The British bark Carleton, 128 days from Maryport, arrived last night. On September 30th the Carleton picked up the captain, mate, second mate, and five seamen of the German bark Johanna, which had burned off Cape Horn. They had been afloat in a small boat for three days when rescued. Annexed is the account of the burning of the Johanna, taken from the captain's log... As the ship was on fire, they had to take to the boats at 7 p.m. On lowering the port boat, she capsized as soon as reaching the water. The next boat was lowered at 9 p.m. with seven of the crew and the cook. This being the mate's boat, the Captain asked him if he had any water on board. The mate came on board ot get some water and while he was on board the crew cut thepainter of the boat and left the ship. The Captain ordered them to come back, but they were so excited from the heat, they took no notice of the captain's order. The captin's boat left at 1:30 a.m. on the 27th, the ship being then a mass of flames. They saw nothing of the other boat after leaving the vessel. They sighted the Carleton, Captain Howe, bound for this port from Maryport, England, on October 30th. The names of the men who were in the missing boat are: Cook, E. Anderson; seamen E. Lescheck, C. Brag, A. Miller, A. Jansen, B. Behrons, E. Behahn, and one unknown. C. Burwarat, one of the crew, speaks in the highest terms of Captain Lowe and his officers. . .The list of the officers and crew picked up by the Carleton is Captain Burgwarst; First Officer Thompson; Second Officer F. Falen; Carpenter, E. Schacht; sailmaker E. Crendalh; sailors Lars, Christense, Homer, Hageen and E. Gunael.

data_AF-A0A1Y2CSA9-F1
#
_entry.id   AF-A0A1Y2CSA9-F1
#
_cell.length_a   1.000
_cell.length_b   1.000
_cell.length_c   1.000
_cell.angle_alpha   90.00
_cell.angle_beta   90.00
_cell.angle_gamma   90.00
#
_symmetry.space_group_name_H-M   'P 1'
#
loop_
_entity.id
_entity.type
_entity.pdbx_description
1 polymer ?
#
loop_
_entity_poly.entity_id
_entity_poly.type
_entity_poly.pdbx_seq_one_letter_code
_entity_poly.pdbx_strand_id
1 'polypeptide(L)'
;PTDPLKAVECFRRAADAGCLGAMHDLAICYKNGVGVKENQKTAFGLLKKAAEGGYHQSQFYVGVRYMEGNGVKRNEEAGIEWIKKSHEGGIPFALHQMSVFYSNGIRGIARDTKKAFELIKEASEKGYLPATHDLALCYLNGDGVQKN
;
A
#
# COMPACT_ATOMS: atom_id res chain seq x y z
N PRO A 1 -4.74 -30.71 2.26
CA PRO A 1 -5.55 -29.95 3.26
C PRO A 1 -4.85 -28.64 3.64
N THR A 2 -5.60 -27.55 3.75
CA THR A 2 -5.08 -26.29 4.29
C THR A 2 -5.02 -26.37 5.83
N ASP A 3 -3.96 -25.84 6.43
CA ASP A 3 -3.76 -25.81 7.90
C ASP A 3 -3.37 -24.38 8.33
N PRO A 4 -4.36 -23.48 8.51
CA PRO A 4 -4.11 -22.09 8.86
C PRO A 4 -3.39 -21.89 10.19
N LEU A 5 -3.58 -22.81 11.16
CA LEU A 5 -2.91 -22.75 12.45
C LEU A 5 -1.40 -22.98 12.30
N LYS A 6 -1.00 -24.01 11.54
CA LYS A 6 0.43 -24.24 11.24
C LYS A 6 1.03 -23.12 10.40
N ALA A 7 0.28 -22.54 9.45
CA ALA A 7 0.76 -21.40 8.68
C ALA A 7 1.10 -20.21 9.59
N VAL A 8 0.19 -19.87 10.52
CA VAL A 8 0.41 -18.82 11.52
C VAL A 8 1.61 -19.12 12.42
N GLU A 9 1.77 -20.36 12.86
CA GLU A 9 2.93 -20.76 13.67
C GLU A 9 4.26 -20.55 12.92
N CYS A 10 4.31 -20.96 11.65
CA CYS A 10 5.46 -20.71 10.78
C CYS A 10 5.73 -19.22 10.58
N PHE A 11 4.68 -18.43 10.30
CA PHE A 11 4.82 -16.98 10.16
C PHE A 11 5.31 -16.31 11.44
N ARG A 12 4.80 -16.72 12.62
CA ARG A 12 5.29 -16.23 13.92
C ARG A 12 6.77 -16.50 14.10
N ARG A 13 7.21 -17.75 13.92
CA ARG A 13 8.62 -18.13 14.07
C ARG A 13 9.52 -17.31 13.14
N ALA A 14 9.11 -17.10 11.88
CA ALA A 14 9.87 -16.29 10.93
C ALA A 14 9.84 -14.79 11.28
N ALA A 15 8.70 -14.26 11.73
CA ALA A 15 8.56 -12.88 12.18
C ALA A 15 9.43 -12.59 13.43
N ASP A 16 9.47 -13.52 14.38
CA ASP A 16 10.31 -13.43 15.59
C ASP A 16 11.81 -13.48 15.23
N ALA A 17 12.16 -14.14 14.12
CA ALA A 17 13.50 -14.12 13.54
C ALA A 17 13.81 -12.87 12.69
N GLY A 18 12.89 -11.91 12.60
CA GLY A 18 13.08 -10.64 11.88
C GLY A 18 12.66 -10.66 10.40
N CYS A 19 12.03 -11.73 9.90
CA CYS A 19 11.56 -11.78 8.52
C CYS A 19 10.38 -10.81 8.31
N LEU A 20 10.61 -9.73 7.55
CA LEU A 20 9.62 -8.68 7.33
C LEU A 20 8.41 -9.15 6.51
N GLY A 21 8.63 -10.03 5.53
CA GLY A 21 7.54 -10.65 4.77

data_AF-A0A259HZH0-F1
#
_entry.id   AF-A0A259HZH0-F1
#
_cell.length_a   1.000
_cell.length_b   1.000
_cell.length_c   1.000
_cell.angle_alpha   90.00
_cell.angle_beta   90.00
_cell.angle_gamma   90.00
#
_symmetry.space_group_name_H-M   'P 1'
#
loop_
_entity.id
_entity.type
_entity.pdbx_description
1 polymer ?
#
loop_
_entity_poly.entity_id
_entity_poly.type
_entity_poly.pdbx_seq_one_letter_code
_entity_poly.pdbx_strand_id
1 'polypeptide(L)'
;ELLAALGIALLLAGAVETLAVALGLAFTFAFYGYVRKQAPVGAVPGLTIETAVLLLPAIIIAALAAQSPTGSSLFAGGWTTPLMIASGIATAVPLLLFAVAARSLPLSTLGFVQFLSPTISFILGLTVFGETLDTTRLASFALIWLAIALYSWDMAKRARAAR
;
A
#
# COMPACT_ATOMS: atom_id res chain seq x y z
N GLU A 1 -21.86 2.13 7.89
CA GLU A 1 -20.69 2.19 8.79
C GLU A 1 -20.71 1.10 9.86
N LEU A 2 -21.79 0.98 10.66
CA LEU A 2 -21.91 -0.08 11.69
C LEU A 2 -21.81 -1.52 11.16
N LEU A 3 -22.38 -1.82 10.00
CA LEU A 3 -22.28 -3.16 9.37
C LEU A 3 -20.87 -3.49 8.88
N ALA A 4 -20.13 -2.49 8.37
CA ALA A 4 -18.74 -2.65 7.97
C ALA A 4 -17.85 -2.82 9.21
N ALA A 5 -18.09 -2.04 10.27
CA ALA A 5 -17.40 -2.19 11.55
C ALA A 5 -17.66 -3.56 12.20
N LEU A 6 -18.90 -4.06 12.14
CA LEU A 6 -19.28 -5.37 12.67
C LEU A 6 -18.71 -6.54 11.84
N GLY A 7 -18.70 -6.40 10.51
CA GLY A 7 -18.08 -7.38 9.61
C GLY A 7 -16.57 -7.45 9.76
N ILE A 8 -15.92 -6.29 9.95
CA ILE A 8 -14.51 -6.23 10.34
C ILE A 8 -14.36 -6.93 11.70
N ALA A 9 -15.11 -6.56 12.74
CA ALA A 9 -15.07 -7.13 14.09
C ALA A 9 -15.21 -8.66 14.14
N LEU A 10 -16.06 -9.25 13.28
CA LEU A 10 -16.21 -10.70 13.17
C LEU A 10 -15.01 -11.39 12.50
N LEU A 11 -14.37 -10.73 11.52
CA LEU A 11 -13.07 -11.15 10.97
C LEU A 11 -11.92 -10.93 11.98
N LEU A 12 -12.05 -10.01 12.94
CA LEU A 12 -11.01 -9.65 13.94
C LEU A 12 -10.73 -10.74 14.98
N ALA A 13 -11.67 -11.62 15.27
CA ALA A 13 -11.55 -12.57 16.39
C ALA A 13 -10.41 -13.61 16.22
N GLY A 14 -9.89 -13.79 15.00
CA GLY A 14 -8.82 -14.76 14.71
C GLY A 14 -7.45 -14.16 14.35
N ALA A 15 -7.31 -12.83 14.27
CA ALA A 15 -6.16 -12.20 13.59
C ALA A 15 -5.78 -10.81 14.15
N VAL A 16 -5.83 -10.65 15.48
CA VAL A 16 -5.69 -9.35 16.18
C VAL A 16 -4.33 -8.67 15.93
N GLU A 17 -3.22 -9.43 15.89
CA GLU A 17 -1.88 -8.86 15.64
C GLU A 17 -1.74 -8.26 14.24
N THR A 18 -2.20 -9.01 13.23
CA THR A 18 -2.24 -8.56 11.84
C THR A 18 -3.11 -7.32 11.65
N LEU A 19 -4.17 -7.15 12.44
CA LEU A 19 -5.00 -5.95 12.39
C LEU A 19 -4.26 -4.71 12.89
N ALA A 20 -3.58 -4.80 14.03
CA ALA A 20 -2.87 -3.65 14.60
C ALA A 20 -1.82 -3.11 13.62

• February 2, 1888, Daily Alta California: Starr & Company have chartered the British bark Carleton, 1299 tons, to load Wheat to Cork, for orders, at 23s6d and 2s6d less if direct.

The Earl of Pembroke, who was cruising among the South Sea Islands, was wrecked. He was picked up together with the captain and crew by a passing vessel.

The Project

Maritime Nations, Ships, Sea Captains, Merchants, Merchandise, Ship Passengers and VIPs sailing into San Francisco during the 1800s.



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Sources: As noted on entries and through research centers including National Archives, San Bruno, California; CDNC: California Digital Newspaper Collection; San Francisco Main Library History Collection; and Maritime Museums and Collections in Australia, China, Denmark, England, Finland, Germany, Ireland, Wales, Norway, Scotland, Spain, Sweden, etc.